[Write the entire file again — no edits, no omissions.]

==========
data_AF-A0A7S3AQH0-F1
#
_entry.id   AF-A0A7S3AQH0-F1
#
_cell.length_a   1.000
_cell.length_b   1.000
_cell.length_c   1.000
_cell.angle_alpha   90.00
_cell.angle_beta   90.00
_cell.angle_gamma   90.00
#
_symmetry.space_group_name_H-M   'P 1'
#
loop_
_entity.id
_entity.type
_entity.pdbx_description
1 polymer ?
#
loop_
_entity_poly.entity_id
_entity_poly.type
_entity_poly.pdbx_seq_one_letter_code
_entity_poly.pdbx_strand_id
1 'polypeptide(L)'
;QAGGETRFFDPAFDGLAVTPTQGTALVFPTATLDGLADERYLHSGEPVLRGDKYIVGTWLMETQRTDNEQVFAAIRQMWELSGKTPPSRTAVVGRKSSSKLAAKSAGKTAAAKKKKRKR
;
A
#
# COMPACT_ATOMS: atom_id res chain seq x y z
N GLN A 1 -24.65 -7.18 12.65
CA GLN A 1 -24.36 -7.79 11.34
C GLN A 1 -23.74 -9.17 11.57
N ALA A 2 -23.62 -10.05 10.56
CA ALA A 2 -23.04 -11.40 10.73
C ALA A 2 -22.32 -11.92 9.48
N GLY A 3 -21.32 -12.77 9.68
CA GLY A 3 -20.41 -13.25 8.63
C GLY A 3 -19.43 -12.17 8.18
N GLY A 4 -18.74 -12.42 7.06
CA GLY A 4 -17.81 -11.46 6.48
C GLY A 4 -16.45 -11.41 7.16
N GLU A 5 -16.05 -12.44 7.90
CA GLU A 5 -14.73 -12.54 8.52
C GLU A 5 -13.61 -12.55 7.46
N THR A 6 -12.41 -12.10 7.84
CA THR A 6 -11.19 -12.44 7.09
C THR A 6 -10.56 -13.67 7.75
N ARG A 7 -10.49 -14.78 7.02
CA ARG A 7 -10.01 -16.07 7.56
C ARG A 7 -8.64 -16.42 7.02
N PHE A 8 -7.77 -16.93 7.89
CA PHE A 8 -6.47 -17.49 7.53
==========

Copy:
data_AF-A0A7S3AQH0-F1
#
_entry.id   AF-A0A7S3AQH0-F1
#
_cell.length_a   1.000
_cell.length_b   1.000
_cell.length_c   1.000
_cell.angle_alpha   90.00
_cell.angle_beta   90.00
_cell.angle_gamma   90.00
#
_symmetry.space_group_name_H-M   'P 1'
#
loop_
_entity.id
_entity.type
_entity.pdbx_description
1 polymer ?
#
loop_
_entity_poly.entity_id
_entity_poly.type
_entity_poly.pdbx_seq_one_letter_code
_entity_poly.pdbx_strand_id
1 'polypeptide(L)'
;QAGGETRFFDPAFDGLAVTPTQGTALVFPTATLDGLADERYLHSGEPVLRGDKYIVGTWLMETQRTDNEQVFAAIRQMWELSGKTPPSRTAVVGRKSSSKLAAKSAGKTAAAKKKKRKR
;
A
#
# COMPACT_ATOMS: atom_id res chain seq x y z
N GLN A 1 -24.65 -7.18 12.65
CA GLN A 1 -24.36 -7.79 11.34
C GLN A 1 -23.74 -9.17 11.57
N ALA A 2 -23.62 -10.05 10.56
CA ALA A 2 -23.04 -11.40 10.73
C ALA A 2 -22.32 -11.92 9.48
N GLY A 3 -21.32 -12.77 9.68
CA GLY A 3 -20.41 -13.25 8.63
C GLY A 3 -19.43 -12.17 8.18
N GLY A 4 -18.74 -12.42 7.06
CA GLY A 4 -17.81 -11.46 6.48
C GLY A 4 -16.45 -11.41 7.16
N GLU A 5 -16.05 -12.44 7.90
CA GLU A 5 -14.73 -12.54 8.52
C GLU A 5 -13.61 -12.55 7.46
N THR A 6 -12.41 -12.10 7.84
CA THR A 6 -11.19 -12.44 7.09
C THR A 6 -10.56 -13.67 7.75
N ARG A 7 -10.49 -14.78 7.02
CA ARG A 7 -10.01 -16.07 7.56
C ARG A 7 -8.64 -16.42 7.02
N PHE A 8 -7.77 -16.93 7.89
CA PHE A 8 -6.47 -17.49 7.53